I watched with a little bit of envy and a whole heap of sadness because I also wasn't marching.
Eventually, I was so overcome with what I can only describe as grief that, instead of working on my novel (which is my standard Saturday morning appointment), I turned on a Will and Grace marathon and tried to laugh myself into forgetting. But here I am at 7 PM, still unable to rid myself of the knot in my stomach, and feeling I must put this grief into words. Words that won't, most likely, be received with much enthusiasm. And will, even more likely, be just another voice in the cacophony of voices already sounding. But here I am. And here it goes.
Today I was watching, not because I was unable to attend. I didn't have a previous engagement (apart from my novel - who would have been enormously understanding if I cancelled). I could have easily made the 2 hour drive to get to our great nation's capital.
I watched today because I was not welcome.
When first I heard about the Women's March, I was pumped. I wanted to see what it was all about. I went onto the website and read through their Unity Principles. Human Rights. Check. Ending Violence. Check. Reproductive Rights. Che—wait. What? I read further. "We believe in Reproductive Freedom . . . This means open access to safe, legal, affordable abortion. . ." Evidently if you have any qualms about abortion, you aren't invited to the party.
Because of my faith and my belief that every single human life matters - even the unborn - I don't get to participate in a movement that I care deeply about. Abortion, I believe, is a human rights violation that stems from women's rights violations.
Okay, maybe I could overlook this. Maybe I could still participate. Then I read this:
Quite honestly, I'm not interested in arguing the points of pro-choice vs. pro-life. Mostly I'm not interested in arguing because arguing has never changed a mind or built a bridge. (Though it's destroyed a bunch.) I'm interested in the fact that a march promoting tolerance and unity and peace and equality has categorically alienated millions of women in this country.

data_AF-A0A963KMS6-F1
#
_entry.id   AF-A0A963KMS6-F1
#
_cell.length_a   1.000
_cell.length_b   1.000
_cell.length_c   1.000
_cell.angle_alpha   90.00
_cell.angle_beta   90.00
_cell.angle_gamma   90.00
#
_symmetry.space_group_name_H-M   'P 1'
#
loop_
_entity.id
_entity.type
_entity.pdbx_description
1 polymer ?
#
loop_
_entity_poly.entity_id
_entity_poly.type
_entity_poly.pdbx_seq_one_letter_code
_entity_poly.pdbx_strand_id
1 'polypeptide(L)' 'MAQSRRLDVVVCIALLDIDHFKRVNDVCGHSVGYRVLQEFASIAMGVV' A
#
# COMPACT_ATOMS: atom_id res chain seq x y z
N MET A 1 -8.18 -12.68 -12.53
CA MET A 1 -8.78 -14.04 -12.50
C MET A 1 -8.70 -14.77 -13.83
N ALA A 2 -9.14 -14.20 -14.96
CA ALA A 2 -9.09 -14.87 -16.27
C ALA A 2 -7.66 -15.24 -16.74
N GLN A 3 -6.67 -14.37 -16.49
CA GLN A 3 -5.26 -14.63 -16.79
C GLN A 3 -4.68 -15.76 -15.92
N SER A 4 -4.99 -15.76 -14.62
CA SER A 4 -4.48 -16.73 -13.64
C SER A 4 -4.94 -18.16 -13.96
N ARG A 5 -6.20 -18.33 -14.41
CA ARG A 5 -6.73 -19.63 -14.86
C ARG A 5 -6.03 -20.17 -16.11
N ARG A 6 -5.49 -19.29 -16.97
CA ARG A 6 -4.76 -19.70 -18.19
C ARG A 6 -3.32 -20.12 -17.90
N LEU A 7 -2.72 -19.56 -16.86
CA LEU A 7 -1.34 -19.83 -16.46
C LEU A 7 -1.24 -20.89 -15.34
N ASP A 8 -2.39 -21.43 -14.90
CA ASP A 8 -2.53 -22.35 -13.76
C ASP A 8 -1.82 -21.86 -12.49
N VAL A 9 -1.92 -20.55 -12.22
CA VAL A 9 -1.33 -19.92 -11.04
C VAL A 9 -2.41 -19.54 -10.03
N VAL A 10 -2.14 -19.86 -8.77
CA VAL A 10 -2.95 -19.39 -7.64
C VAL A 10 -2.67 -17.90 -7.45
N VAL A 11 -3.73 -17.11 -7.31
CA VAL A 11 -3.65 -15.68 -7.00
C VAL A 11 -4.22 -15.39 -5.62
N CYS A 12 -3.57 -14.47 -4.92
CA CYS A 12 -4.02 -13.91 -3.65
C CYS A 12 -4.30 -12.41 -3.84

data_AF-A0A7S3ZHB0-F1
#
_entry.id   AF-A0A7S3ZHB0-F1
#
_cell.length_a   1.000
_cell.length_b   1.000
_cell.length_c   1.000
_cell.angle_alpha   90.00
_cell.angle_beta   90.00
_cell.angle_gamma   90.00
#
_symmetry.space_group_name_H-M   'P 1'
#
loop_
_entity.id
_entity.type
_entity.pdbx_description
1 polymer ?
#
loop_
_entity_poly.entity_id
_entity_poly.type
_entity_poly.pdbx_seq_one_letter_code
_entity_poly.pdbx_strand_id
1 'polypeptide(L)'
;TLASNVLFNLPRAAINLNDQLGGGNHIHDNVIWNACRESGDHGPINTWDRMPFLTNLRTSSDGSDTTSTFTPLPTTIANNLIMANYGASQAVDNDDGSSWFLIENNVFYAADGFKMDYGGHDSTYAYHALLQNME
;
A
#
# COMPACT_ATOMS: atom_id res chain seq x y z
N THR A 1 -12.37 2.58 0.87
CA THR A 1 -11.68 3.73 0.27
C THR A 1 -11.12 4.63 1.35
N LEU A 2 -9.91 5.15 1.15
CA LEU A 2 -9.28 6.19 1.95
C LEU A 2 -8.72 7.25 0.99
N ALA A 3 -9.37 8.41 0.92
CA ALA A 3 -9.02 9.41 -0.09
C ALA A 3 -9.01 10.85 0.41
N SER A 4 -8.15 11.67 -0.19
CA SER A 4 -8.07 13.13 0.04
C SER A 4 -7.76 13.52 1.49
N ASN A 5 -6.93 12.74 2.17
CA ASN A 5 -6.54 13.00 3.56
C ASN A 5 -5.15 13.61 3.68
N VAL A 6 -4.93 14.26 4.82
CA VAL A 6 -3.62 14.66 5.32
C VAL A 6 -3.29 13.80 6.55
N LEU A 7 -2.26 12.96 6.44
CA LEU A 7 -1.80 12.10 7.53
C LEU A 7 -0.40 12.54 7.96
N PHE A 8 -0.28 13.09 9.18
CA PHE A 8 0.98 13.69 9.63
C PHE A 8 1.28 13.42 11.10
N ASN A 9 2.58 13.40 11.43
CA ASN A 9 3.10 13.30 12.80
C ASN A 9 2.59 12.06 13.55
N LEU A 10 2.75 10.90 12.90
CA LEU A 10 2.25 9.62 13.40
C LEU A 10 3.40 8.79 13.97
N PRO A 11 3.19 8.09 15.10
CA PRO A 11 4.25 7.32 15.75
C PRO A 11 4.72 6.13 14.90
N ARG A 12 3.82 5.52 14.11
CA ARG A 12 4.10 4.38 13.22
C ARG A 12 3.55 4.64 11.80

What a collosal missed opportunity.
A few years ago I spent time with a friend who had chosen to have an abortion. She told me, "I felt trapped. Like I had no other choice." I believe that's how most women feel when they choose abortion, trapped.
But what if their job allowed for paid maternity leave.
What if there was a safe place for a woman in an unsafe situation to go so that she could actually raise her child.
What if a woman was paid the same wages as her male-counterparts so that she could provide for a growing family.
What if a woman had access to decent, affordable healthcare. (I realize this opens the contraception can of worms. I also am not interested in going there and arguing either. Because it's beside the point.)
The point is: if we could address the other Unity Principals stated on the Women's March page, abortion could potentially become a non-issue. These other women's rights violations (in the workplace, in government, in immigration, in the breakdown of civil rights) create a human rights violation (abortion). Call me optimistic (I've never pretended to be otherwise), but I'm convinced that together we can affect change that surpasses what those who marched today and those who watched could even imagine.
Would it be easy? Absolutely not. The road to anything worth having is never easy, simple, clear-cut, or even distinguishable at first. But it's a road from which we need to cut back the overgrowth blocking the entrance and start to travel.
Because we are women. We know how to play together without bullying someone out of the sandbox. We are all of us strong. powerful. passionate. worthy. And we are capable of greatness together.
Just imagine for a minute the force we women would be if we joined together. Imagine the inundation of women our capital and our new President would have seen if this hadn't been an exclusive march.
So now, instead of grief, I'm actually feeling angry. Because our fight for women's rights could have been so much bigger. Millions of women sitting at home and watching could have been marching alongside our sisters. Because, regardless of race, religion, sexual orientation, social class, or political persuasion, we all want the same thing. We are all looking for better.
Right now I'm sitting at my kitchen counter writing this. Next to me are my 2 youngest daughters playing with paper dolls. And the only thought in my head is that I want more for them. I want better for them than a country full of women that tells them they have to fit a mold for their convictions to matter. That they have to agree to the enclosed checklist to be allowed to participate.
All of us want to raise our daughters in a country that values them as much as their brothers, offers them the same opportunity, grants them the same freedoms and privileges, and recognizes their contributions, thoughts, words, dreams, and, yes, even their bodies as valid, worthy, and beautiful.
We want to live in a country where inclusivity is, in fact, just that.
You may not agree with me. That is completely okay. That's the beauty of it all. We can still be friends even if we disagree. And I have many friends marching today who don't agree with me. And I love them fiercely, just as they love me (or so they tell me). And I am hopeful that one day I too will get to march alongside them.
(I should add that if your disagreement turns to mean or disrespectful comments on my blog page, they're going to disappear. Because I believe I made it clear that I have no interest in arguing. And we are bigger than insults. Thank you, friends.)